Life isn’t fair, and that’s particularly true when it comes to the business world. No matter how successful you are, there’ll always be someone with a better office or a higher salary. It doesn’t matter if you should have gotten that promotion or received the credit for that killer presentation your team gave last month. Things won’t always work out in your favor, and that’s a recipe for jealousy.
And that can hold you back, according to Judith Orloff, author of the new book “The Ecstasy of Surrender: 12 Surprising Ways Letting Go Can Empower Your Life.” According to Orloff, success at work hinges on the ability to let to of jealousy, and in a post for BrazenCareerist.com, she offers up some expert tips for ditching the envy.
“Our relationship to power and success can often color both our self-image and how we view others,” she writes. “Someone who’s experiencing self-doubt and questioning her own success does the obvious thing: She compares herself to others who seem more at ease, more knowledgeable and more dominant and confident.”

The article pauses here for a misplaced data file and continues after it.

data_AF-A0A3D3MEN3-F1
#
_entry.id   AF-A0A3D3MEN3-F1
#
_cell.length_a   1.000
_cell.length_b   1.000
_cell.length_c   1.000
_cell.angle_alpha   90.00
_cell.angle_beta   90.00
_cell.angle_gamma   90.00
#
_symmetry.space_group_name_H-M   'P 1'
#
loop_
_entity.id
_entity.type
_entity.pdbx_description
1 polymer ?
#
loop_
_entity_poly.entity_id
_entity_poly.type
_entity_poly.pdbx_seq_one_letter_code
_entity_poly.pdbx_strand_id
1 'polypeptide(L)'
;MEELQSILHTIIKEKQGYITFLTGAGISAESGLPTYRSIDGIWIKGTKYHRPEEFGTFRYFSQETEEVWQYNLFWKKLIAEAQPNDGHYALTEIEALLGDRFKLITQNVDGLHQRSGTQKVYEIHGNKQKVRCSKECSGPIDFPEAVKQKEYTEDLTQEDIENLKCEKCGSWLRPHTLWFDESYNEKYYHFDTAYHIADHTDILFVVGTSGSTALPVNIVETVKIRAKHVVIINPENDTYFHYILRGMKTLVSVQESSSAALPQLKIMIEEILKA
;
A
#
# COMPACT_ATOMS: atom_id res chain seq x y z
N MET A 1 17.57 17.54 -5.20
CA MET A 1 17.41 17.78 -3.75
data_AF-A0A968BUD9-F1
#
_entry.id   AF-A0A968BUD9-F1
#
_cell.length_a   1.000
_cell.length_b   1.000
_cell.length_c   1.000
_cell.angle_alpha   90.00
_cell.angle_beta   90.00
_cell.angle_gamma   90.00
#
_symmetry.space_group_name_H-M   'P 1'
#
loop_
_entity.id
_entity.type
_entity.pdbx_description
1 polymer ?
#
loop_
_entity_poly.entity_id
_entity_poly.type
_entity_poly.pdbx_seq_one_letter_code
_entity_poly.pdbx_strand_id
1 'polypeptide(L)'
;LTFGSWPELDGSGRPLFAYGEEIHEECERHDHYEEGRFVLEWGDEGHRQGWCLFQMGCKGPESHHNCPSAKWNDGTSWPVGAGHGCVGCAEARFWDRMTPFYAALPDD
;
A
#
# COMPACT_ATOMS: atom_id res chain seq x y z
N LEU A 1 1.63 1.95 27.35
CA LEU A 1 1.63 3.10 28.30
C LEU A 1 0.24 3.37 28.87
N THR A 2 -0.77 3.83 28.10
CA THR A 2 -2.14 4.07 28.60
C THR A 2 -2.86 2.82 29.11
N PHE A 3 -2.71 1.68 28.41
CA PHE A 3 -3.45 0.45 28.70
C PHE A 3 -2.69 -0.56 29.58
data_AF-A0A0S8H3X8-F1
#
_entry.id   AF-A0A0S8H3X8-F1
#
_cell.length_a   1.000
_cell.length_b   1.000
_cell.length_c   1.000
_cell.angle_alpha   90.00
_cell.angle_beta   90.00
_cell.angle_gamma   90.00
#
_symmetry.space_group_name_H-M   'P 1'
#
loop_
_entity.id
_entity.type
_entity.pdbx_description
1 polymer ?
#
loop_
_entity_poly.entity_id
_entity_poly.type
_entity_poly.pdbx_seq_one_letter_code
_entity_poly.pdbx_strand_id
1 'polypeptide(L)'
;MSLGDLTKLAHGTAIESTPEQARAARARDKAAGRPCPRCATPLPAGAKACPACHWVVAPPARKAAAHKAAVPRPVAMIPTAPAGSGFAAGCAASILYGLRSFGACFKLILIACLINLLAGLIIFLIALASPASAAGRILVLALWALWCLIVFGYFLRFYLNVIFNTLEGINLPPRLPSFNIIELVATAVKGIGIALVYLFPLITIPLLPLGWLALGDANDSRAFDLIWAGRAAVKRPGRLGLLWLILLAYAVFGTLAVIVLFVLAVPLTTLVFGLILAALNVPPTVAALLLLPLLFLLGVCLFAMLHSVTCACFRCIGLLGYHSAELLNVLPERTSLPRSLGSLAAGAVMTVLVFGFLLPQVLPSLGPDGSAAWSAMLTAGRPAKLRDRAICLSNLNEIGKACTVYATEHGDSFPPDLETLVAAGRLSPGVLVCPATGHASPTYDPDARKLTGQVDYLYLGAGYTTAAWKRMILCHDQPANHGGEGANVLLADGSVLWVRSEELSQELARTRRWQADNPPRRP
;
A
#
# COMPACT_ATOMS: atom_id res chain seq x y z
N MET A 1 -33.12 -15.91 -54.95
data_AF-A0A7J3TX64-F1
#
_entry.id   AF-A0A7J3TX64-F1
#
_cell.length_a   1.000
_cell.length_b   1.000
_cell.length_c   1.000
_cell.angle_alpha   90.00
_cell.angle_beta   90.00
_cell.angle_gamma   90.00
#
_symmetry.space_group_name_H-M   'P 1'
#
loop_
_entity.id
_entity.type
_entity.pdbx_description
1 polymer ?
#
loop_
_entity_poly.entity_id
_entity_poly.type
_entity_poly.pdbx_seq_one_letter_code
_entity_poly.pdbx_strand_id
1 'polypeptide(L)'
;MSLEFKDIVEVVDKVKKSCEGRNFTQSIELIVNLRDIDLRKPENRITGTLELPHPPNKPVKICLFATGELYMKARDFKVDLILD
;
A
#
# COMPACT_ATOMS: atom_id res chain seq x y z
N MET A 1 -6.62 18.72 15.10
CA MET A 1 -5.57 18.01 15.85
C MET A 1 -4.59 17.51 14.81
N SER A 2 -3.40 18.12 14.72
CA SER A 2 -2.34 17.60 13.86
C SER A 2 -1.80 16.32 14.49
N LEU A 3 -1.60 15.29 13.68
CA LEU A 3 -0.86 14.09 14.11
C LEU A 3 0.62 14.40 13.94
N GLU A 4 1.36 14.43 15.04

Scroll down to read her tips for curtailing jealousy in the workplace.
1. Readjust That Attitude — Next time you find yourself comparing yourself to someone else, take five and make a conscious effort to shift your thinking and take stock of the good things in your life and career.
2. Practice Karma — “Give others what you most desire,” Orloff writes, and that means that if you want to feel more appreciated, you should learn to appreciate your coworkers. “What goes around comes around when you surrender comparisons,” Orloff adds.
3. Learn From Your Rivals — Rather than brood in the corner and hate on the guy or girl you think stole your promotion, take a look at what’s made them successful.
4. Be a Well-Wisher — Even if you don’t really mean it, Orloff writes, it’s important to root for your coworkers and wish them nothing but success. “When your heart is in the right place, you’ll become what you want to be,” she writes. “Praise yourself for all the baby steps you make in the direction of self-compassion and gratitude for your life.”